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--> Elimination of Health Disparities There can be no argument that equity of health status, health outcomes, and health quality of life does not exist among all of the diverse populations in the United States. The burden of illness and death is disproportionately greater in some racial and ethnic groups, among those with lower incomes, disabled populations, gender groups, and across the age spectrum. Higher disease incidence rates and poorer rates of survival for many illnesses, higher levels of exposure to adverse social and environmental risk factors, and decreased access to medical and preventive interventions all contribute to the disproportionate rate of negative health outcomes in diverse population groups. Healthy People 2000 attempted to address this issue by establishing an overarching goal of reducing disparities in health among the members of the U.S. population. Differential targets for specific objectives within the 22 priority areas of Healthy People 2000 were established for high-risk groups. These differential targets for different population groups had the effect of promoting attention to between-group differences but generally failed to move the health of high-risk groups to equity with the health of those populations who have benefitted from the best rates of morbidity and mortality from disease. In fact, data from the Healthy People 2010 Review, 1997 (National Center for Health Statistics, 1997) identified 95 objectives for which health disparities were equal to or greater than 25 percent or more between the general population and at least one target population group defined by racial or ethnic origin, socioeconomic status, disability, age, gender, and geographic location. The second overarching goal of Healthy People 2010 moves beyond the reduction of disparities in health to the elimination of such disparities for racial and ethnic minority groups, gender groups, socioeconomically disadvantaged people, disabled people, and people in specific age groups. One underlying motivation for this important conceptual change was the hope that it would focus even greater attention on health disparities and promote development and implementation of an increased number of effective interventions that would address health disparities and ensure equity in health outcomes. This emphasis on the elimination of health disparities is also consistent with the national commitment to the elimination of health disparities between racial and ethnic minority groups by 2010 in six areas: (1) infant mortality, (2) cancer screening and management, (3) cardiovascular disease, (4) diabetes, (5) human immunodeficiency virus infection and AIDS, and (6) childhood and adult immunizations. To meet the goal of the elimination of health disparities by 2010, a variety of changes to the manner in which research on health determinants and health interventions is conducted must be made. First, there must be an emphasis on epidemiological studies to determine disease factors that contribute to higher risk for specific diseases such as prostate cancer in African-American men, cervical cancer in Vietnamese women, breast cancer in white women of higher socioeconomic status, and diabetes in Hispanic subgroups. An expanded knowledge base about effective, culturally sensitive interventions for the prevention, detection, and treatment of disease must also be developed. The interventions must be responsive to the unique educational and motivational needs of different population groups. Correct identification of at-risk groups and evaluation of interventions targeted toward these groups will require improvements in the collection and monitoring of standardized data. Finally, all people must have equal levels of access to the health care system. Such enhanced access has the potential to increase the likelihood of disease prevention through patient counseling and education, early detection of disease through screening, and provision of state-of-the-art disease treatment and management. Each of the three proposed indicator sets addresses many of the above cited social, cultural, and economic issues that are critical determinants of the elimination of health disparities. For example, measures of income, educational attainment, and access to health care for disease prevention, detection, and treatment are included in one or more of the sets. An indicator that monitors the number of preventable deaths from unintentional and intentional injury is also included in two of the three sets. It is a particular strength that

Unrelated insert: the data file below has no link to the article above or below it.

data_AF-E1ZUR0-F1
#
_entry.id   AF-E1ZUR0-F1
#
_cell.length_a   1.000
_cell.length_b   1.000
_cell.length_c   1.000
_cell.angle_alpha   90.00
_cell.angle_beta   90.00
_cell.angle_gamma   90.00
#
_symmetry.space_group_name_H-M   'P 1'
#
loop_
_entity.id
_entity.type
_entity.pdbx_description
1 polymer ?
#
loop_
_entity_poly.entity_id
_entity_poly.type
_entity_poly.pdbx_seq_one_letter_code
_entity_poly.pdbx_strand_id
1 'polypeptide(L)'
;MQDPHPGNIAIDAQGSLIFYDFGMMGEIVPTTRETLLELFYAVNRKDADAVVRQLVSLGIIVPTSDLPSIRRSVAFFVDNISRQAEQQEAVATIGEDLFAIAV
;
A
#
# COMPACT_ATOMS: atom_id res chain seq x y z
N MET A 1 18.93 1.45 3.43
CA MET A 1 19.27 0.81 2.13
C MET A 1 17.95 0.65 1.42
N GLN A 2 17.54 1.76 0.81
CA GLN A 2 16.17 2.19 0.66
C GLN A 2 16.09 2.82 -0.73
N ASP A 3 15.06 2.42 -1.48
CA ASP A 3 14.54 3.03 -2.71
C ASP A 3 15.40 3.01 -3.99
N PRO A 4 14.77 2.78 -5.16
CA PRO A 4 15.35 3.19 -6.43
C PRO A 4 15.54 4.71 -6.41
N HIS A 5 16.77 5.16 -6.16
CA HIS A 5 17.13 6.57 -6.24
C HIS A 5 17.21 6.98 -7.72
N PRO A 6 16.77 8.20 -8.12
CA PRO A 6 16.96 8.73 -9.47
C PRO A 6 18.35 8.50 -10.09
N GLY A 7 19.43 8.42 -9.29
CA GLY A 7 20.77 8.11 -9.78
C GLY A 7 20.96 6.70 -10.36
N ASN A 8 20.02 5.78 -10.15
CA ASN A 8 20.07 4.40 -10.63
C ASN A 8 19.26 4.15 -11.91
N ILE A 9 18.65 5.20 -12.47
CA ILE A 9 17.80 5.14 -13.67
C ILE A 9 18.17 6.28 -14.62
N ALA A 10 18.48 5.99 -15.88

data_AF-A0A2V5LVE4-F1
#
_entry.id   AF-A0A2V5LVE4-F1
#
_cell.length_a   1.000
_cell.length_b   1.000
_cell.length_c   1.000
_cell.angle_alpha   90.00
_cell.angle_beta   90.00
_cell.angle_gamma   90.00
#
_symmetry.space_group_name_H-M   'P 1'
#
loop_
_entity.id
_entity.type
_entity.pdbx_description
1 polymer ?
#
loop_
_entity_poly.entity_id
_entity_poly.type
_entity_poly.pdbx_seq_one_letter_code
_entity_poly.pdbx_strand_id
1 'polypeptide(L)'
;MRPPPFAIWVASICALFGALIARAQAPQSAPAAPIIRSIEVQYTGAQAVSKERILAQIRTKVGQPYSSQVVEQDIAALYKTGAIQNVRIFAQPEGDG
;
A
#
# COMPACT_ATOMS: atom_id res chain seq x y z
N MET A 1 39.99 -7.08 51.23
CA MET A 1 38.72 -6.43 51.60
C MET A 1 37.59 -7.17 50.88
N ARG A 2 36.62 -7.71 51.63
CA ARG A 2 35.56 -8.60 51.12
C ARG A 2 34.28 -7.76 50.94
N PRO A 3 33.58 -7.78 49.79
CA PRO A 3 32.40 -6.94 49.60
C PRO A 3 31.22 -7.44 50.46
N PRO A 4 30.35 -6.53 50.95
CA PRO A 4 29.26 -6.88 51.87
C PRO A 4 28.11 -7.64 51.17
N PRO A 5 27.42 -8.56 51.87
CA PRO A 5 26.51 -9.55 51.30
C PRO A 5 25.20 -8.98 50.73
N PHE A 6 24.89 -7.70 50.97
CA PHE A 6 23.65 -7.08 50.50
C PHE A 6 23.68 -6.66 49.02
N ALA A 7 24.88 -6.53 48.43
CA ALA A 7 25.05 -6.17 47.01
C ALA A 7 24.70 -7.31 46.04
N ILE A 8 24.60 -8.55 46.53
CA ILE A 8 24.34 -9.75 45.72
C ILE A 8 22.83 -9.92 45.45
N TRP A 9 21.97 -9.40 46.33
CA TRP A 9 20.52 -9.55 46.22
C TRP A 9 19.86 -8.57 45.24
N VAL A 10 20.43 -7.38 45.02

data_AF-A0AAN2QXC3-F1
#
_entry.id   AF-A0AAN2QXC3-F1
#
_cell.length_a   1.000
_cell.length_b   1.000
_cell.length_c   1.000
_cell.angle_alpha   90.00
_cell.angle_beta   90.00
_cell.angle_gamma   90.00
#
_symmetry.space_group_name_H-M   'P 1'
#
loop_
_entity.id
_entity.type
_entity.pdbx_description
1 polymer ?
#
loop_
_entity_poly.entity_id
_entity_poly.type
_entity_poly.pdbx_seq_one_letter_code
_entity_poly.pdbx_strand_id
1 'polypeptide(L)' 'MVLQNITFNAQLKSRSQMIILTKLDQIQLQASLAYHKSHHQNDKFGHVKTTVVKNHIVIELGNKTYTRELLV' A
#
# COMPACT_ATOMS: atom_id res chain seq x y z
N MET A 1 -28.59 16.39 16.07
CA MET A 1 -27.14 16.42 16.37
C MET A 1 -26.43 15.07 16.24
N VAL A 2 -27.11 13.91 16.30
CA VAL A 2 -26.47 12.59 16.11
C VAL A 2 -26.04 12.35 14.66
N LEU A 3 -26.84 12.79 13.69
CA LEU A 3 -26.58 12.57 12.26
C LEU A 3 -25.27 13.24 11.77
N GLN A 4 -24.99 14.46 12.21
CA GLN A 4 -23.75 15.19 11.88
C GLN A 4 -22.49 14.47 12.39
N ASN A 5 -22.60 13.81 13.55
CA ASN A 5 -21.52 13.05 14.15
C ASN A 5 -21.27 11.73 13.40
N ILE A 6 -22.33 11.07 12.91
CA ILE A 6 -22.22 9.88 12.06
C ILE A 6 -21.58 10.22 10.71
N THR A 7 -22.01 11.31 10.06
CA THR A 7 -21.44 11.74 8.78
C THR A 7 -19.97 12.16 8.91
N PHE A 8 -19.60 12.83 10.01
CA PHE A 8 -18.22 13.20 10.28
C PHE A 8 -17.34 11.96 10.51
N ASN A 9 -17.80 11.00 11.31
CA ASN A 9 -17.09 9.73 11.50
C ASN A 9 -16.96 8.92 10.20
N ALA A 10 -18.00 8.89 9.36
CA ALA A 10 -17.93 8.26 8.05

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--> the three proposed indicator sets focus on some of the most significant determinants of health disparities as well as the six priority areas of the President's Initiative on Race (1997), and the U.S. Department of Health and Human Services' initiative, Eliminating Racial and Ethnic Disparities in Heath (U.S. Department of Health and Human Services, 1998a). The actual content and wording selected to express the indicators to many different groups will be of equal or greater importance to the elimination of health disparities. If the leading health indicators are to accomplish their three primary goals (promote awareness and understanding, motivate actions, and provide ongoing feedback about progress toward improving the status of the indicators), it will be of critical importance to express them in language that speaks directly to the general population and its many diverse population groups. Currently, the three sets of recommended indicators rely on phrasing that is more familiar to the professionals in the public and private health care systems as well as proponents of the general concept of Healthy People. Preliminary qualitative research that assesses consumers response to the proposed leading health indicator sets will be funded and conducted by a private health care foundation during spring and summer, 1999. The results of that work will specifically address the three primary functions of leading health indicators (noted above) and elicit consumer impressions of their ability to fulfill these functions. Participants in this research will at least include members of diverse age, gender, racial and ethnic, socioeconomic and geographic locales. Results from the initial data collection efforts on public reactions to the three proposed indicator sets will be provided to the U.S. Department of Health and Human Services by fall 1999 and would guide efforts to further refine for consumer evaluation and acceptance of the indicators within the selected set. This committee suggests that such work be conducted by the U.S. Department of Health and Human Services or its designee. This second level of evaluation should focus on the actual language and strategies that will be used to convey information about the leading health indicators to the target population groups established for Healthy People 2010. For example, results of this research might suggest the following action statements as the most effective language to communicate to the general population and diverse population groups about the indicators contained for the Life Course Determinants Set. 1.   Don't smoke; if you do smoke, quit. 2.   Get regular exercise. 3.   Explore employment and training opportunities in your community. 4.   Don't use alcohol or illegal drugs, especially when driving. 5.   Enroll your child in Head Start. 6.   Make sure your children get the immunizations they need to keep from getting sick. 7.   Make sure our young people don't die at a young age from accidents, violence, or suicide. 8.   Get health insurance, if you can, and find a doctor who knows you and can take care of you on a regular basis. 9.   Get help early from agencies in your community to help you handle any physical, mental, or developmental problems your or your family members might have. Alternative wording and presentation styles should also be explored and tested for the Health Determinants and Health Outcomes and Prevention Oriented Sets. This will help to ensure that the messages about each indicator in the selected leading health indicator set for Healthy People 2010 are conveyed in ways that elicit the public's attention and motivate them to act on their behalf and that of others. Integration of the proposed leading health indicators with the overarching goal of the elimination of health disparities will also be achieved by the process of data collection, analysis, and reporting. Specifically, data sets that provide information about indicators in the chosen set of leading health indicators